Configure.pl; the configure system will re-build NQP and/or Parrot 
    only if a newer version is needed for whatever version of Rakudo 
    you're working with.

    If you already have Parrot installed, you can use 
    "--with-parrot=/path/to/bin/parrot" to use it instead of
    building a new one.  This installed Parrot must include its
    development environment.  Similarly, if you already have NQP
    installed, you can specify "--with-nqp=/path/to/bin/nqp"
    to use it.  (Note that this must be NQP, not the NQP-rx that
    comes with Parrot.)

    The versions of any already installed NQP or Parrot binaries must
    satify a minimum specified by the Rakudo being built -- Configure.pl
    and "make" will verify this for you.  Released versions of Rakudo
    always build against the latest release of Parrot; checkouts of 
    the HEAD revision from github often require a version of Parrot 
    that is newer than the most recent Parrot monthly release.

    Once built, Rakudo's "make install" target will install Rakudo and its
    libraries into the directories specified by the Parrot installation
    used to create it.  Until this step is performed, the "perl6" 
    executable created by "make" above can only be reliably run from 
    the root of Rakudo's build directory.  After "make install" is 
    performed, the installed executable can be run from any directory 
    (as long as the Parrot installation that was used to create it 
    remains intact).

    If the Rakudo compiler is invoked without an explicit script to run, it
    enters a small interactive mode that allows Perl 6 statements to be
    executed from the command line.

    See the manual page ("docs/running.pod") for more about command-line
    options.

   Build/install problems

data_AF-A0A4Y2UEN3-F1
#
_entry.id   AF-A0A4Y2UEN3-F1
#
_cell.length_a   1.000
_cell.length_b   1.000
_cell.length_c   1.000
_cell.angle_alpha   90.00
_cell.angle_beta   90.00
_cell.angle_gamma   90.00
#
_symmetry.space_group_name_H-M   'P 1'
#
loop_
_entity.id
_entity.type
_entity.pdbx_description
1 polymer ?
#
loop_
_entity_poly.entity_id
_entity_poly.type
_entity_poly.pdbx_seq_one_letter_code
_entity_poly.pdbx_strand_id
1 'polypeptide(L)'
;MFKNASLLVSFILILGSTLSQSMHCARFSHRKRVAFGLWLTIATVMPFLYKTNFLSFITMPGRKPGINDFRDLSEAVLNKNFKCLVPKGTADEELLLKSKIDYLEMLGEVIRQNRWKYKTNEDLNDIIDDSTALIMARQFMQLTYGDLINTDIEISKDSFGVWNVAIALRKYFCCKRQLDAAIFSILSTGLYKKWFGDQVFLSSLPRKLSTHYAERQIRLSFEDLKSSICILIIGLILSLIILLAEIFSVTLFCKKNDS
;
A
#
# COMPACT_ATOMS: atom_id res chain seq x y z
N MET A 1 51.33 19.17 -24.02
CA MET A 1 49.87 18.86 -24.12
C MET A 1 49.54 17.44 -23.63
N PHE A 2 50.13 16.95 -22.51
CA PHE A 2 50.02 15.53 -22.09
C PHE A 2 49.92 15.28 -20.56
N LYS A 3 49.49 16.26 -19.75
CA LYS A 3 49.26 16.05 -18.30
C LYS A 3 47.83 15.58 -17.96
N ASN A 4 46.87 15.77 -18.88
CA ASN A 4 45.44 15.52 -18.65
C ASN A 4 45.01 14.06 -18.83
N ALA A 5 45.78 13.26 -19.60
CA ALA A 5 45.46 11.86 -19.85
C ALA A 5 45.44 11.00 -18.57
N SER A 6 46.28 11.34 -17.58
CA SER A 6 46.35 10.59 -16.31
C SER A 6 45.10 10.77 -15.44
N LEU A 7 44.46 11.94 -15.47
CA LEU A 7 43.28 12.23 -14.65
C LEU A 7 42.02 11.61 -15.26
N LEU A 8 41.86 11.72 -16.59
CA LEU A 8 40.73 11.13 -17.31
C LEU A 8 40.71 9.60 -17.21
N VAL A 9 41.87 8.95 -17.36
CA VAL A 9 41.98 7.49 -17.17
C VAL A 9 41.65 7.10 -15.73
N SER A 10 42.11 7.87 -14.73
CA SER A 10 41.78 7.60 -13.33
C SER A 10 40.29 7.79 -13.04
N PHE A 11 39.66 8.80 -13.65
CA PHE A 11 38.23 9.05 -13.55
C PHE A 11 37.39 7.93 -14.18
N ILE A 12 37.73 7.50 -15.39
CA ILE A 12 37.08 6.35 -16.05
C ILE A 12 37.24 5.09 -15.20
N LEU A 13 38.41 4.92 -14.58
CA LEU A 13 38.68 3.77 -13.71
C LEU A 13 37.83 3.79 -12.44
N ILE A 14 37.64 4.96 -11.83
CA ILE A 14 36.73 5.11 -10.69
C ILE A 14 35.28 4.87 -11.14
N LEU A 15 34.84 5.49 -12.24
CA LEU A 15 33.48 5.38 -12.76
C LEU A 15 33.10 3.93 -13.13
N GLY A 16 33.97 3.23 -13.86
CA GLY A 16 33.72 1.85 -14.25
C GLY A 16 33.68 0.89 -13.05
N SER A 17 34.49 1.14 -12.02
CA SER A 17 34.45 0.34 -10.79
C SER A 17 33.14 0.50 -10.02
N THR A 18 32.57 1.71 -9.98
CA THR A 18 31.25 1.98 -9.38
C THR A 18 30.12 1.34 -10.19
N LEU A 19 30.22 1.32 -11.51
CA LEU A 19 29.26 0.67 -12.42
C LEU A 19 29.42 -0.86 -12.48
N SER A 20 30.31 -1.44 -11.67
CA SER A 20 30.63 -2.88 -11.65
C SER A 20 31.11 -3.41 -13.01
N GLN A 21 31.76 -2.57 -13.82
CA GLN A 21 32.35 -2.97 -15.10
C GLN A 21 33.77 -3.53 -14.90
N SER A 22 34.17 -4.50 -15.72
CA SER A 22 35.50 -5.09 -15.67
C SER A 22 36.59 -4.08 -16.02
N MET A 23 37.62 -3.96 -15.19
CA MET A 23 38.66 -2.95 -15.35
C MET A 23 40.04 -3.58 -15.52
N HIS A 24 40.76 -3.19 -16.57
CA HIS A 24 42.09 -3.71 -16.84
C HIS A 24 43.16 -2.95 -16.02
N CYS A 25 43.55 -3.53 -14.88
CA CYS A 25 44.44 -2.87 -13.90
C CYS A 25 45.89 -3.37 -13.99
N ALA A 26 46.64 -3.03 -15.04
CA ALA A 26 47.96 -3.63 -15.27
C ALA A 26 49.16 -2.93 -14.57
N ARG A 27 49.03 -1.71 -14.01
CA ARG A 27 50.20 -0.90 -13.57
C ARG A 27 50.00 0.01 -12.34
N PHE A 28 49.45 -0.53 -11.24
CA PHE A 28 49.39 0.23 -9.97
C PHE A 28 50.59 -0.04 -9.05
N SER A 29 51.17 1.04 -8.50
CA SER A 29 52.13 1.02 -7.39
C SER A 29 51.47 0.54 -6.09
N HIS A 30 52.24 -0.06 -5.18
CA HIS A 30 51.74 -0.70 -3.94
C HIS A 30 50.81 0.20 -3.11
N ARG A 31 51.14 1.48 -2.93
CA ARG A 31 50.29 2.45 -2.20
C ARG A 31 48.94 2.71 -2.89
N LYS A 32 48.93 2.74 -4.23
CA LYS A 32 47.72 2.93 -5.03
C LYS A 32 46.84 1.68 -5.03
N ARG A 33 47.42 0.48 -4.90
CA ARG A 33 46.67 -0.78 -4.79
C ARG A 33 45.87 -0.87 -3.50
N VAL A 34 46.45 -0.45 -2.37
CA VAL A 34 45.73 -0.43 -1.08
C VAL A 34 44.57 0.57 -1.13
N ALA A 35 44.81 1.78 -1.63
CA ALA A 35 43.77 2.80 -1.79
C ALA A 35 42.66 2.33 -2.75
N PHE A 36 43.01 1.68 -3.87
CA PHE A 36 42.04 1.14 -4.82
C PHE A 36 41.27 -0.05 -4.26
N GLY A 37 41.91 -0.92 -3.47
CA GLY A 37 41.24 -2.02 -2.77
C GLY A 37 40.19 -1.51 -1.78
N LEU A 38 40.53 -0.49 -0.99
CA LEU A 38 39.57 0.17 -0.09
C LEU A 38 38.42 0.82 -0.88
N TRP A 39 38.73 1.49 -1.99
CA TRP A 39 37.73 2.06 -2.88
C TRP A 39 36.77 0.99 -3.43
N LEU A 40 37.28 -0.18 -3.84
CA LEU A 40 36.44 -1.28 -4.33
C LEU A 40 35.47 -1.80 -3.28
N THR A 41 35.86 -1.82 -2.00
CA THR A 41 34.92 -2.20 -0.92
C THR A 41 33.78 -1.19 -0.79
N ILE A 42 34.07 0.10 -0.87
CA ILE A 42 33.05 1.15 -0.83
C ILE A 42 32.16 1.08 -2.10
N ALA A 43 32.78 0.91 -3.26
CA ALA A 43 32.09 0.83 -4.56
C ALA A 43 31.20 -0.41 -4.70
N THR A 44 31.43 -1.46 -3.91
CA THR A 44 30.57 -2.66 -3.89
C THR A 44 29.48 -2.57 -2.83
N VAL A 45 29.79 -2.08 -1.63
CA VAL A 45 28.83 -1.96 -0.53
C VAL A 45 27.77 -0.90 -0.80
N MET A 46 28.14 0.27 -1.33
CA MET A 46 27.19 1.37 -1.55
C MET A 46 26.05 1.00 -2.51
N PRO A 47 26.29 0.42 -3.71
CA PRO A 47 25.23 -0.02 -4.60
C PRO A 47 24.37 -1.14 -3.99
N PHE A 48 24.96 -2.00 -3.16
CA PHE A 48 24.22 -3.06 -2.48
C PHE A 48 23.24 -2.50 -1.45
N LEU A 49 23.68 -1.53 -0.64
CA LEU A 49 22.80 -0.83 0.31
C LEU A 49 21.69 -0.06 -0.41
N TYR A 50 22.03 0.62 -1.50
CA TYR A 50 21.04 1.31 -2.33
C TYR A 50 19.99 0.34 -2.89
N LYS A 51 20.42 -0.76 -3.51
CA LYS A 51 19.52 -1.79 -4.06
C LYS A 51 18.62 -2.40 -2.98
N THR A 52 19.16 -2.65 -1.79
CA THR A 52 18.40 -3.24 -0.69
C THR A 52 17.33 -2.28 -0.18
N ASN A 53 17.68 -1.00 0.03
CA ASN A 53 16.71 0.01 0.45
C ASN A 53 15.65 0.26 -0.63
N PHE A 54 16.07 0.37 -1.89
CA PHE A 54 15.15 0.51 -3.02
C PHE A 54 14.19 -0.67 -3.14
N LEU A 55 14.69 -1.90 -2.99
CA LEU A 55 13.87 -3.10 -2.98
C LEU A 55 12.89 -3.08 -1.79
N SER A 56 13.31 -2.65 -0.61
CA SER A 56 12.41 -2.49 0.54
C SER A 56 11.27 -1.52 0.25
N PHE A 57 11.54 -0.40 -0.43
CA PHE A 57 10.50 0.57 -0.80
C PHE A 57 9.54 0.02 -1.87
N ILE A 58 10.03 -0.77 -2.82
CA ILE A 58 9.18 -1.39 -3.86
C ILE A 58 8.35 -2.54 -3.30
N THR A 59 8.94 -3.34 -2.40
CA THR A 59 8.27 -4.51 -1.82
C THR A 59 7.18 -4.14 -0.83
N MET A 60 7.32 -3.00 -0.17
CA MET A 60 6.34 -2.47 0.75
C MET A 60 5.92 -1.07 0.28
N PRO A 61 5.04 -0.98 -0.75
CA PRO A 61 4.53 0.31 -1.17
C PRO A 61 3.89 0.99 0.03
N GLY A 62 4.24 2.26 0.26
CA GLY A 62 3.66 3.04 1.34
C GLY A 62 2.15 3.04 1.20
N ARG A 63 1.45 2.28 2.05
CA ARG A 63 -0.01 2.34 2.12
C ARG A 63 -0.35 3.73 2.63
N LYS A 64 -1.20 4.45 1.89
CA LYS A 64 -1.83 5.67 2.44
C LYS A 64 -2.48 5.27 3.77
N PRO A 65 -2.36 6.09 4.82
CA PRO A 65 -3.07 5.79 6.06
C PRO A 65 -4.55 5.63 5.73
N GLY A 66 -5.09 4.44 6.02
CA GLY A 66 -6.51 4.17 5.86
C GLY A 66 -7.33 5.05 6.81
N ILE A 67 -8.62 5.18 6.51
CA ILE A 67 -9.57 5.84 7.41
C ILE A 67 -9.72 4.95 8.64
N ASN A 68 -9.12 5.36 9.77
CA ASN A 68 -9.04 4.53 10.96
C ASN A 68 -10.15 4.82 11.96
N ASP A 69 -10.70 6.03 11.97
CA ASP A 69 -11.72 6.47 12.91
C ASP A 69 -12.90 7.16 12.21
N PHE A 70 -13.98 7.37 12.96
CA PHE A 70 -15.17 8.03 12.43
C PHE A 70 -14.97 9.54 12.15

Occasionally, there may be problems when building/installing Rakudo.
    Make sure you have a backup of any custom changes you have done to the
    source tree before performing the following steps:

    Try to remove the "install/" subdirectory:

        $ cd rakudo
        $ rm -r install
        $ git pull
        $ perl Configure.pl --gen-parrot
        $ make

    Or, in case you are really stuck, start with a fresh source tree:

        $ rm -r rakudo
        $ git clone git://github.com/rakudo/rakudo.git

  Running the test suite
    Entering "make test" will run a small test suite that comes bundled with
    Rakudo. This is a simple suite of tests, designed to make sure that the
    Rakudo compiler is basically working and that it's capable of running a
    simple test harness.

    Running "make spectest" will import the official Perl 6 test suite from
    the "roast" repository <http://github.com/perl6/roast/> and run all
    of these tests that are currently known to pass.

    If you want to automatically submit the results of your spectest run to
    a central server, use "make spectest_smolder" instead. You need the
    Perl 5 module TAP::Harness::Archive and an active internet connection
    for that. The smoke results are collected at
    <http://smolder.parrot.org/app/projects/smoke_reports/5>

    At present we do not have any plans to directly store the official test
    suite as part of the Rakudo repository, but will continue to fetch it 
    from the roast repository.  Releases of Rakudo get a snapshot of
    the roast repository as of the time of the release.

    You can also use "make" to run an individual test from the command line: